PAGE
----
Role models: N.J.’s film industry advocates point to trickle-down economics spurred by tax credit luring productions

Cinelease Studios' Caven Point facility.

Advocates of New Jersey’s film scene — and the state incentive program that’s been cardinal to its post-pandemic growth — report of coffee shops being greeted with 100-beverage-long orders by film crews.

And it’s just one example, they say, of how the economic benefit of this resurgent local industry is staying in New Jersey, and not escaping back to Hollywood.

Heads of Garden State’s nascent film industry are eager to relay such stories. Like a pitch for the latest blockbuster movie, they’re all joining forces together to fight … any apathy or misconceptions people might have regarding their industry and the business potential it represents (for much more than coffee houses).

Rolls off the tongue less than “supervillain” …

But, for them, there’s no greater triumph than bringing together businesses such as Netflix and NBCUniversal, local film gurus and unions that represent the entertainment labor force. That’s just a few of the cast members of the new Screen Alliance of New Jersey.

Gannon Murphy. (Screen Alliance of New Jersey)

Film production company executive Gannon Murphy is president of the trade association, which is going on its second year of operation.

“I’m fortunate enough to do this in a few other markets, so I recognize that the politics of the incentive require us to position the narrative in the right way and to get constituents as well as legislators to understand how important this is,” he said. “We all agree that we want to get ahead of that in New Jersey.”

Although New Jersey’s film industry is working on a 2034 timeline for the current iteration of the N.J. Film and Digital Media Tax Credit, the program has been amended and expanded since its 2018 reintroduction under Gov. Phil Murphy. The state had a previous tax credit suspended by former Gov. Chris Christie.

The Screen Alliance of New Jersey’s stated goal is to ensure the incentive program remains sustainable and transparent for the foreseeable future.

“And (policymakers) have a willingness to ask us how we can do this better, how we can make this industry a long-term viable powerhouse, and we’re just incredibly appreciative of that,” he said. “(Through this new group), we’ll be meeting with them in their offices, telling our success stories and helping group this together as a public-private partnership, which is how we see it.”

Without the tax credit’s continued support, a number of businesses would pull up the stakes and leave for other states. At least, that’s the view of Murphy, a general manager for Cinelease Studios, which operates Cinelease Studios – Caven Point, the first purpose-built studio in the state of New Jersey.

Avi Kelin. (File photo)

He and Genova Burns Partner Avi Kelin, co-general counsel for the trade association, argue there wouldn’t be the same business case to remain in the state otherwise. But, as it stands, businesses that serve the film ecosystem are happily setting up shop in New Jersey — in large part due to the incentive.

In short, the incentive is working wonders, they say. So, they created a group to voice that.

Having all components of the film economy be at the table when the message is delivered, including the labor component, is something they felt strongly about.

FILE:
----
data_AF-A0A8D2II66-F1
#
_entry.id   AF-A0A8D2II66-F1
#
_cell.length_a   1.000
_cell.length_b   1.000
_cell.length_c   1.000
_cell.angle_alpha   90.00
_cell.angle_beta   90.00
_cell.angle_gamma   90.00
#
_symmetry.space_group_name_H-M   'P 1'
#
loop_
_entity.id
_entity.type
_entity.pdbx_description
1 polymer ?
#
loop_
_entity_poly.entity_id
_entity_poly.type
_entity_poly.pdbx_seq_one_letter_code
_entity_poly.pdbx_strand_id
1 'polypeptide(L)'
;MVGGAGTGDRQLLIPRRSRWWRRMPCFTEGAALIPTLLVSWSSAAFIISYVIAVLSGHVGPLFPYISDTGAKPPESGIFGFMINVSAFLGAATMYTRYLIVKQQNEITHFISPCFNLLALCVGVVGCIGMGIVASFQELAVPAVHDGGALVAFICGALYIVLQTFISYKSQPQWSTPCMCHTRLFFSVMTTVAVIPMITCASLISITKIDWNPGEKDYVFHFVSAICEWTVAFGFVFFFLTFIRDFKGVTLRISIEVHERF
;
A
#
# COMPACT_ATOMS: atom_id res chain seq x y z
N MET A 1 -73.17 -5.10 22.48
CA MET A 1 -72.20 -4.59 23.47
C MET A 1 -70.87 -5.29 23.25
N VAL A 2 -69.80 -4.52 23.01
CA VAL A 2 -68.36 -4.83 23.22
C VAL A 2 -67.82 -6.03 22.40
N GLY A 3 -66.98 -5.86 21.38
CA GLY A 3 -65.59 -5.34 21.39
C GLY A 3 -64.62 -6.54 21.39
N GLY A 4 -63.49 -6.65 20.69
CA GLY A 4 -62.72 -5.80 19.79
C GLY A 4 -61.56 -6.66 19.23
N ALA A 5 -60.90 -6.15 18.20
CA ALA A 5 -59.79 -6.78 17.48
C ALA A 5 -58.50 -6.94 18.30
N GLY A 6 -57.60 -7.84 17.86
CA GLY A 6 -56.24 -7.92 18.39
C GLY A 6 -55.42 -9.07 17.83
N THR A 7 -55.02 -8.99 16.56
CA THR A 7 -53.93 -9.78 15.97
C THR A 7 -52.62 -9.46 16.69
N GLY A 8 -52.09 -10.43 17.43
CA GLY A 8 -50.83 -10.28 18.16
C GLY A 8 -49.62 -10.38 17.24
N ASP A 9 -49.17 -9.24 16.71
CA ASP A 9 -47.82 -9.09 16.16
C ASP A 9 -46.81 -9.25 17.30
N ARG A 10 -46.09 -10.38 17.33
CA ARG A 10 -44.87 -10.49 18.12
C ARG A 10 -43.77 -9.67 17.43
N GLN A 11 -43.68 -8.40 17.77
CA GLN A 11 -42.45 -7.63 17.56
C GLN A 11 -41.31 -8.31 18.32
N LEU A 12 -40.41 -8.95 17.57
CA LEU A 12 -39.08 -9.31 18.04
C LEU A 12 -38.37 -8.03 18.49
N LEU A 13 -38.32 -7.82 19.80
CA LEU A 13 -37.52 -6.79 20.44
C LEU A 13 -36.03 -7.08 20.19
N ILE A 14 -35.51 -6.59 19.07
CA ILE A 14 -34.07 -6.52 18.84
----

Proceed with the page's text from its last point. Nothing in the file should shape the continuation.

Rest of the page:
“In other states, you have different groups — one for content producers and others for everyone else,” Kelin said. “We felt it was important for us to do this under one tent with a unified voice. We’re not going to agree on everything. But we all want this industry going in the same direction. That’s the key thing.”

Jamie Payne. (File photo)

Jamie Payne, owner of the Palisade Stages sound stage facility in Kearny, said he would’ve himself liked to have a trade association’s backing when he was getting started in New Jersey three years ago.

But, especially as the film sector has seen year-over-year growth enough to eclipse $600 million in economic impact in the state, there’s no better time than now, he adds. People want a resource to find out how to get more involved in the fast-growing film space. That’s the role he hopes the Screen Alliance of New Jersey can fill.

“New Jersey, being the birthplace of film that it is, people have an awareness of the importance of the industry, but are sometimes not as appreciative of how they can actually be part of it,” he said. “I’ve been doing as much as possible with those who reach out to me to help them get involved.”

Here’s an example: The owner of a restaurant Payne and his wife frequent had his eyes opened to the stream of revenue that television, movies and commercials can represent through catering. Payne is happy to report that’s not an apocryphal story — that business owner is happily taking advantage of that now.

“These film productions are business magnets,” he said. “And we have a real opportunity here to help small businesses grow all over the state. … In fact, I was just in a conversation with representatives of towns in New Jersey. I was talking about how a feature film that’s going to start shooting at a location here is actually using 73 different locations. They hadn’t appreciated how the impact can be so spread around.”

More than education about what’s going on in the state’s film scene, Kelin hopes their new trade group can steadily instill a local pride in the Garden State’s part in making movie magic happen.

“Not everyone might be convinced yet that the film industry is relevant in New Jersey,” he said. “We’re here to say it is. And that there’s a role in it for everyone.”